PARIS (Reuters) - French investment bank Natixis (CNAT.PA) plans to cut around 700 jobs, or 4.5 percent of its workforce, as part of a cost saving drive as Europe’s lenders adapt to a tough economic environment and new global curbs on risk-taking.
Like larger rivals BNP Paribas (BNPP.PA) and Societe Generale (SOGN.PA), Natixis is looking for a new strategy and to cut costs as euro zone crisis fears dissipate and investors focus on banks’ ability to return cash and grow profitably.
The cuts would be the latest in a series of restructuring moves at France’s youngest and smallest listed investment bank, which narrowly avoided collapse during the financial crisis and sought closer ties with retail parent group BPCE.
Natixis said on Wednesday that the hundreds of potential job losses, which were reported by Reuters on Tuesday, would prioritize redeployment of staff within the company and that any departures would be voluntary. Talks with unions are due to begin in mid November, it said.
The bank blamed the “economic and regulatory context”, at a time when the French economy is stagnating and when tougher global rules on risk-taking by banks are set to take effect.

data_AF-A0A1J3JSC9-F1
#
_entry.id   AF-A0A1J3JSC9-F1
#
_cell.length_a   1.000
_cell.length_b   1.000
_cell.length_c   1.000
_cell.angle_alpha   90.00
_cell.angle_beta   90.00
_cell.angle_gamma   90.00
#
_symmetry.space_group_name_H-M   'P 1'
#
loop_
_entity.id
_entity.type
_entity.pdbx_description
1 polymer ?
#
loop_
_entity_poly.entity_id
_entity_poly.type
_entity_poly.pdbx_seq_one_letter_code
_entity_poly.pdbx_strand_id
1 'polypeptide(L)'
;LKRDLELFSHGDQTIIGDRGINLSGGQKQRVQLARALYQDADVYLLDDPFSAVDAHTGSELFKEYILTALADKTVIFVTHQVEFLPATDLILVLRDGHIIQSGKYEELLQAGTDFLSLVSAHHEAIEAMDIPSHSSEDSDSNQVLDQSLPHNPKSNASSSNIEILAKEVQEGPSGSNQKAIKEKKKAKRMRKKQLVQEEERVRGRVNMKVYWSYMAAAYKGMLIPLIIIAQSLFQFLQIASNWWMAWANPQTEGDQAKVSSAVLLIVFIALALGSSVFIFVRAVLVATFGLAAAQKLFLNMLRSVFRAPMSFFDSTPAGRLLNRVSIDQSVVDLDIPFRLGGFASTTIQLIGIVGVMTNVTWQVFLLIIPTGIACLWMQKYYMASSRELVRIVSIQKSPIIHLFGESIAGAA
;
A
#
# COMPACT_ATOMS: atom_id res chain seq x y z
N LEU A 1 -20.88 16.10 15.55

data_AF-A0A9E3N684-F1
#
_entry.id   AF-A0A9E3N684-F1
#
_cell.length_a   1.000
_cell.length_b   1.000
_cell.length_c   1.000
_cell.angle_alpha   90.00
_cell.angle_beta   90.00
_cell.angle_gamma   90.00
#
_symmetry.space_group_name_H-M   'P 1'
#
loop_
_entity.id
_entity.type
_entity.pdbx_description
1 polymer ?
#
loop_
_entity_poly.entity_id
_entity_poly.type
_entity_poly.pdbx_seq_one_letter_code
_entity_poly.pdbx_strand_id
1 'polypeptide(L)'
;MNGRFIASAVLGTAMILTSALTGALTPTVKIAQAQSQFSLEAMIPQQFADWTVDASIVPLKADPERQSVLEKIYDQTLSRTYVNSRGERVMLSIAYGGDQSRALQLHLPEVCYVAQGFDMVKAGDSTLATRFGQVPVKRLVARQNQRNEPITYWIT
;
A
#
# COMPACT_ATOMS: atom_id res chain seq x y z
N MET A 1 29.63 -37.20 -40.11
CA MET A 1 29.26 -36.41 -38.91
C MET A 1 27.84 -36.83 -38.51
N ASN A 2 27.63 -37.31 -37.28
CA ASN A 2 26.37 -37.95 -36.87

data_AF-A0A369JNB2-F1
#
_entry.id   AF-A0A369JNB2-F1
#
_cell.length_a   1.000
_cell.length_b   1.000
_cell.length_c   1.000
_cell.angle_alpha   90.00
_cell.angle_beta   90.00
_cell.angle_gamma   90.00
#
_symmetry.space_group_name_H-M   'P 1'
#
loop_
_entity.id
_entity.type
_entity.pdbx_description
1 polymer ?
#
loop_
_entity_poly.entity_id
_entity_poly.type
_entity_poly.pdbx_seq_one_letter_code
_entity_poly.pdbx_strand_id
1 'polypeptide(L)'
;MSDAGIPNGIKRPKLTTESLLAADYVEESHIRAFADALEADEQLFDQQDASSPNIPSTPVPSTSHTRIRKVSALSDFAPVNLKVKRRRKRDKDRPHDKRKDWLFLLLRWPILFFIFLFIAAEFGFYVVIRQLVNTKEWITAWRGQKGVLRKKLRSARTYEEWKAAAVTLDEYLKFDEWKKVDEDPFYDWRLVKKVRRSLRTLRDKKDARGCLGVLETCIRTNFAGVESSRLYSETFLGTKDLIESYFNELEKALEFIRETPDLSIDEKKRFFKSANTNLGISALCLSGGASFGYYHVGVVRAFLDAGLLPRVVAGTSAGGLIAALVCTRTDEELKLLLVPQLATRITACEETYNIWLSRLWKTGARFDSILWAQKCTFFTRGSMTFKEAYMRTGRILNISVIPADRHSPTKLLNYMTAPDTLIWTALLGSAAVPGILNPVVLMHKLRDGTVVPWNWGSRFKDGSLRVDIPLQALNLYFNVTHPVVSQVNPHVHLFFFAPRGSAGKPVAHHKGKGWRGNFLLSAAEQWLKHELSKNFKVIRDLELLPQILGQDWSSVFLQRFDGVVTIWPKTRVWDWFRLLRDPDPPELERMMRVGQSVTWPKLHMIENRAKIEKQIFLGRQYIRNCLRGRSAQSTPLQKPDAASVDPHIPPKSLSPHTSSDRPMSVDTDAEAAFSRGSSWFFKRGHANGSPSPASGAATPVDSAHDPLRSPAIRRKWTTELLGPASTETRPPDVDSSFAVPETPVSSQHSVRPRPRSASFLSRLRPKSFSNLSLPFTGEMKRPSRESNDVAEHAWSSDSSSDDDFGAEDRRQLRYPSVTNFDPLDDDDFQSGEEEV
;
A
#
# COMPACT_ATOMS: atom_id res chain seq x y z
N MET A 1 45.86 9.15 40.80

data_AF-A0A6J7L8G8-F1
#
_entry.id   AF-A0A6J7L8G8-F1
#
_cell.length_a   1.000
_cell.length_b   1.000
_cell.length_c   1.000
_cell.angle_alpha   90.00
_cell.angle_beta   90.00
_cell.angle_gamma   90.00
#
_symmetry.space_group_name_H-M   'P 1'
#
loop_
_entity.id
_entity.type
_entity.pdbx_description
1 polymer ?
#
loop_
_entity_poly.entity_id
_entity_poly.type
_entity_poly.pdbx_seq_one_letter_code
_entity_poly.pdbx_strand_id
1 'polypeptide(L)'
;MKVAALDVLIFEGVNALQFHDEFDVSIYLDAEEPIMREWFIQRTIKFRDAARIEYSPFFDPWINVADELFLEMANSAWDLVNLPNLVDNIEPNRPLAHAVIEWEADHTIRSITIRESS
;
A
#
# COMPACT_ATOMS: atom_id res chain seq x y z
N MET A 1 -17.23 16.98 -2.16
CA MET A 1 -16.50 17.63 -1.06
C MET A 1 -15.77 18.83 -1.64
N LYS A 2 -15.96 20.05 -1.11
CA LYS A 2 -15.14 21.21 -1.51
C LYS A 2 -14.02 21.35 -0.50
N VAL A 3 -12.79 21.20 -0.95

Earlier this month, France’s central bank cut its third-quarter growth estimate to just 0.1 percent, while the INSEE statistics institute forecast the country’s unemployment rate would stabilize at 11 percent at the end of this year after 2-1/2 years of rises.
The Socialist government, struggling to fulfill its pledge to cut dole queues and revive growth, said last week it could use new labor rules to block a plan by telecoms firm Alcatel-Lucent ALUA.PA to lay off 900 French workers.
While French banks have also announced waves of job cuts over the past few years, including the closure of mortgage lender Credit Immobilier de France, there has been little popular or political sympathy given the lasting impact of the financial crisis on public opinion.
Natixis’ management has already presented its plans to staff representatives, with the cuts affecting most business lines including equity brokerage, advisory and global transaction banking, according to union sources and company documents obtained by Reuters.
The cuts are expected to occur over the next two years, the sources said, and will mostly hit France.
“Natixis needed to improve efficiency, more than other banks,” said Yohan Salleron, a fund manager at Mandarine Gestion. “While rivals have overhauled entire departments at their investment bank, Natixis has yet to really specialize.”
Natixis has already gone through a first wave of restructuring and sold swathes of risky assets after it was bailed out by its cooperative retail parent during the 2008 financial crisis.
Natixis took one step towards a new structure earlier this year when it said it would simplify its finances by shedding a 20 percent stake in BPCE, paving the way for higher dividends in the future.
Natixis shares slipped 0.7 percent, underperforming a flat STOXX Europe banks index .SX7P. The stock has soared 85 percent this year, making it the third-best-performing bank stock in Europe and the best-performing French bank stock.
Editing by Dominique Vidalon, James Regan and Mark Potter